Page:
Alexa’s impending arrival on several Windows PCs looks like it could be trouble for Microsoft’s Cortana, but its CEO Satya Nadella is not worried about it. In fact he welcomes Amazon’s digital assistant on Microsoft-powered devices.
Nadella said on a call with investors Wednesday that Microsoft doesn’t see an end game in the competitive digital assistant market where one virtual brain rules all. Microsoft’s approach welcomes other digital assistants on its devices, much like it wants Cortana to proliferate.
“That’s why we’re working with Alexa, and we would welcome it on our devices because we believe in a world where our own assistant should be available everywhere and so should other assistants be available on our devices,” Nadella said on a call with investors Wednesday.
Right now, Nadella says, digital assistants are “fairly dumb” when it comes to having conversations. The best they can do most of the time is a single question and answer.
That’s why Microsoft is putting so much time and resources into AI and teaching it to understand speech and text as well as humans can. Nadella envisions a future version of Cortana and other digital assistants that can have back-and-forth conversations with users about a variety of topics.
The logic behind the Cortana-Alexa alliance that will let the two digital assistants work together comes from the belief that each will have its own strengths and leverage the abilities of the other. Long-term, the goal is a deep integration in which each assistant simply knows to use the other for a specific task.
Where Cortana stands out, Nadella said on the earnings call, is the “crossover between work and life.” Cortana has a lot of information sources to draw from, including Windows 10, which counts more than 600 million users, Office 365, Xbox and Microsoft’s catalog of virtual and mixed reality gear.
Nadella’s comments fit with a strategy that one of Microsoft’s top Cortana executives laid out in an interview with GeekWire at CES in Las Vegas earlier this month. As Amazon and Google are duking it out for control of the nascent smart speaker market, Microsoft is playing the long game.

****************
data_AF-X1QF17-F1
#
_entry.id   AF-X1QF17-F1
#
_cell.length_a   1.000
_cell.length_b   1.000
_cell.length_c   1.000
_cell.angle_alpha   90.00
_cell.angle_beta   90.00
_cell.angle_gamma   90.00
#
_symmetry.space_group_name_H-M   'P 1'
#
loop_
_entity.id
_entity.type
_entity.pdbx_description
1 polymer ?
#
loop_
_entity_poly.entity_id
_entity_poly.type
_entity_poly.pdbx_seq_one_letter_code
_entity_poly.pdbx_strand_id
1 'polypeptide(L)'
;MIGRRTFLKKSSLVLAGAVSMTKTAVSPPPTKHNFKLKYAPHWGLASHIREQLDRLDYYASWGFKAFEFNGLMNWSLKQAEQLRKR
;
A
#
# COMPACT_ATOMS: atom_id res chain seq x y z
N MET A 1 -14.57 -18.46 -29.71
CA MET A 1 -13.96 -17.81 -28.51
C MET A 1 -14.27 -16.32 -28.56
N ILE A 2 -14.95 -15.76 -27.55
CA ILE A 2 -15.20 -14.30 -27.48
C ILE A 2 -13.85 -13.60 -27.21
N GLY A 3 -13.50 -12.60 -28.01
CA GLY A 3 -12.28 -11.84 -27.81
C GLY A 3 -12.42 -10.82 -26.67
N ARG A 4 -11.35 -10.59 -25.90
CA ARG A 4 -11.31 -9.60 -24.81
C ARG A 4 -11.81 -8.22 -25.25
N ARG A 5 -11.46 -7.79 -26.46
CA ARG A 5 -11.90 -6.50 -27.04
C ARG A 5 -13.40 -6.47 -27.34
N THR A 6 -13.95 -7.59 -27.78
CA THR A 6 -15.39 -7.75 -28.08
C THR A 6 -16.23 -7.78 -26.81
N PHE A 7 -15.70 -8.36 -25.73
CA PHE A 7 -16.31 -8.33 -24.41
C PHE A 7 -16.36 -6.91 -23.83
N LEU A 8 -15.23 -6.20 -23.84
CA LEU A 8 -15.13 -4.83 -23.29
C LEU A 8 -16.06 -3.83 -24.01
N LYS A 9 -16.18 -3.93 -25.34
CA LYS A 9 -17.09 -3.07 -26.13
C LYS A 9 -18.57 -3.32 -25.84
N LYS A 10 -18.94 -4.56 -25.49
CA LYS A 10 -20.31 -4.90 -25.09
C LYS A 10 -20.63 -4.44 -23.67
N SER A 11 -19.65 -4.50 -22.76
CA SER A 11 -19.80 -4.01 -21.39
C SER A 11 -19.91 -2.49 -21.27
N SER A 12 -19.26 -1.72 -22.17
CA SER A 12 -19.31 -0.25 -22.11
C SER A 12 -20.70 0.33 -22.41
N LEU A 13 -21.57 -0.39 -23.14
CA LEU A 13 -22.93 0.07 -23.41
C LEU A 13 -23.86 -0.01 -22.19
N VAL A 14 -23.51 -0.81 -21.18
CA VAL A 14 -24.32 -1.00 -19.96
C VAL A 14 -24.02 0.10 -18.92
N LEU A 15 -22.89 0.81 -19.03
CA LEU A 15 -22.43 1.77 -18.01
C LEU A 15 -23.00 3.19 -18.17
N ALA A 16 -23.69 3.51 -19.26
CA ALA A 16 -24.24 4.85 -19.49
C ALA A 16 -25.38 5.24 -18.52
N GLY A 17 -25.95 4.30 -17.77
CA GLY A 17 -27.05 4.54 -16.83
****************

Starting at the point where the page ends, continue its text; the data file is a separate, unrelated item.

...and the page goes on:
“It’s a long journey to making a real assistant that you can communicate with over a longer period of time to really be approachable and interesting and better than the alternative,” Andrew Shuman, corporate vice president of Cortana engineering, told GeekWire earlier this month. “That is our journey, to make some great experiences that shine through, and recognize that long haul.”
Playing the long-game can be risky as tech giants compete to get third-party developers to build capabilities for the digital assistants and hardware makers to put them into their products. There remains a cautionary tale with Windows Phone, a well-made operating system and set of smartphones that failed to make a dent in the marketshare of Apple’s iOS and Google’s Android because there wasn’t an appetite among developers for a third major operating system.
Cortana is starting to show up in more third party devices. More than two years after the debut of Amazon Echo, and a year after the release of Google Home, the first Cortana-powered smart speaker made its debut. That was followed by a Cortana-powered smart thermostat from Johnson Controls.
Microsoft earlier this month announced several new smart home partnerships at CES with Ecobee, Geeni, Honeywell Lyric, IFTTT, LIFX, TP-Link Kasa and Honeywell Total Connect Comfort. Microsoft said Cortana currently supports lights, outlets, switches, and thermostats across all providers.
The company also updated its Cortana software development kit for devices to help developers build the digital assistant into their products. The changes include a variety of reference designs from partners Allwinner, Synaptics, TONLY and Qualcomm to simplify building Cortana-powered products.
These announcements might not be sexy, but they provide a backbone for spreading Cortana’s influence and represent another sign Microsoft has no intention of pulling back from the competitive voice assistant market.